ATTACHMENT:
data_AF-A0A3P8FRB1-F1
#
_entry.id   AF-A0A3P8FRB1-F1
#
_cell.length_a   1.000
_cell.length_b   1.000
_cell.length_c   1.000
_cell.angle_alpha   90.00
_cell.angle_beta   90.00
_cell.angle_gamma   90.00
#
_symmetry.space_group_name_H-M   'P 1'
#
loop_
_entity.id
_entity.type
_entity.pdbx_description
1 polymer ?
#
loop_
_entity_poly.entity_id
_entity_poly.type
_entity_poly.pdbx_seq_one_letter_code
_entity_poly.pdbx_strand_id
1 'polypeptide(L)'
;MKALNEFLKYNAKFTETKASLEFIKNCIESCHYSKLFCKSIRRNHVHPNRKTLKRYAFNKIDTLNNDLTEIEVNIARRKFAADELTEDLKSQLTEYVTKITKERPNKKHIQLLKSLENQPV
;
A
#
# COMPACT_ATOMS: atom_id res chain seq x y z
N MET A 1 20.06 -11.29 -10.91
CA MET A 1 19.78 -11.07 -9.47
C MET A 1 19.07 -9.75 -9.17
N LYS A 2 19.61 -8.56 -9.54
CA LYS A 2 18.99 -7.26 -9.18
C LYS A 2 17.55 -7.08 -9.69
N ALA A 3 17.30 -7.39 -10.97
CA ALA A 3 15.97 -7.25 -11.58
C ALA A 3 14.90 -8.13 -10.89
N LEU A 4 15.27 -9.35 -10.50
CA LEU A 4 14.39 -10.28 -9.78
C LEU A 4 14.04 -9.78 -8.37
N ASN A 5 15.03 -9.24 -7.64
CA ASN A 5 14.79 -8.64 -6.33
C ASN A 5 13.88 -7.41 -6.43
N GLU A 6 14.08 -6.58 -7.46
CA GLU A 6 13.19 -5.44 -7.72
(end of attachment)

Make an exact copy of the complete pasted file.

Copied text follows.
data_AF-A0A3P8FRB1-F1
#
_entry.id   AF-A0A3P8FRB1-F1
#
_cell.length_a   1.000
_cell.length_b   1.000
_cell.length_c   1.000
_cell.angle_alpha   90.00
_cell.angle_beta   90.00
_cell.angle_gamma   90.00
#
_symmetry.space_group_name_H-M   'P 1'
#
loop_
_entity.id
_entity.type
_entity.pdbx_description
1 polymer ?
#
loop_
_entity_poly.entity_id
_entity_poly.type
_entity_poly.pdbx_seq_one_letter_code
_entity_poly.pdbx_strand_id
1 'polypeptide(L)'
;MKALNEFLKYNAKFTETKASLEFIKNCIESCHYSKLFCKSIRRNHVHPNRKTLKRYAFNKIDTLNNDLTEIEVNIARRKFAADELTEDLKSQLTEYVTKITKERPNKKHIQLLKSLENQPV
;
A
#
# COMPACT_ATOMS: atom_id res chain seq x y z
N MET A 1 20.06 -11.29 -10.91
CA MET A 1 19.78 -11.07 -9.47
C MET A 1 19.07 -9.75 -9.17
N LYS A 2 19.61 -8.56 -9.54
CA LYS A 2 18.99 -7.26 -9.18
C LYS A 2 17.55 -7.08 -9.69
N ALA A 3 17.30 -7.39 -10.97
CA ALA A 3 15.97 -7.25 -11.58
C ALA A 3 14.90 -8.13 -10.89
N LEU A 4 15.27 -9.35 -10.50
CA LEU A 4 14.39 -10.28 -9.78
C LEU A 4 14.04 -9.78 -8.37
N ASN A 5 15.03 -9.24 -7.64
CA ASN A 5 14.79 -8.64 -6.33
C ASN A 5 13.88 -7.41 -6.43
N GLU A 6 14.08 -6.58 -7.46
CA GLU A 6 13.19 -5.44 -7.72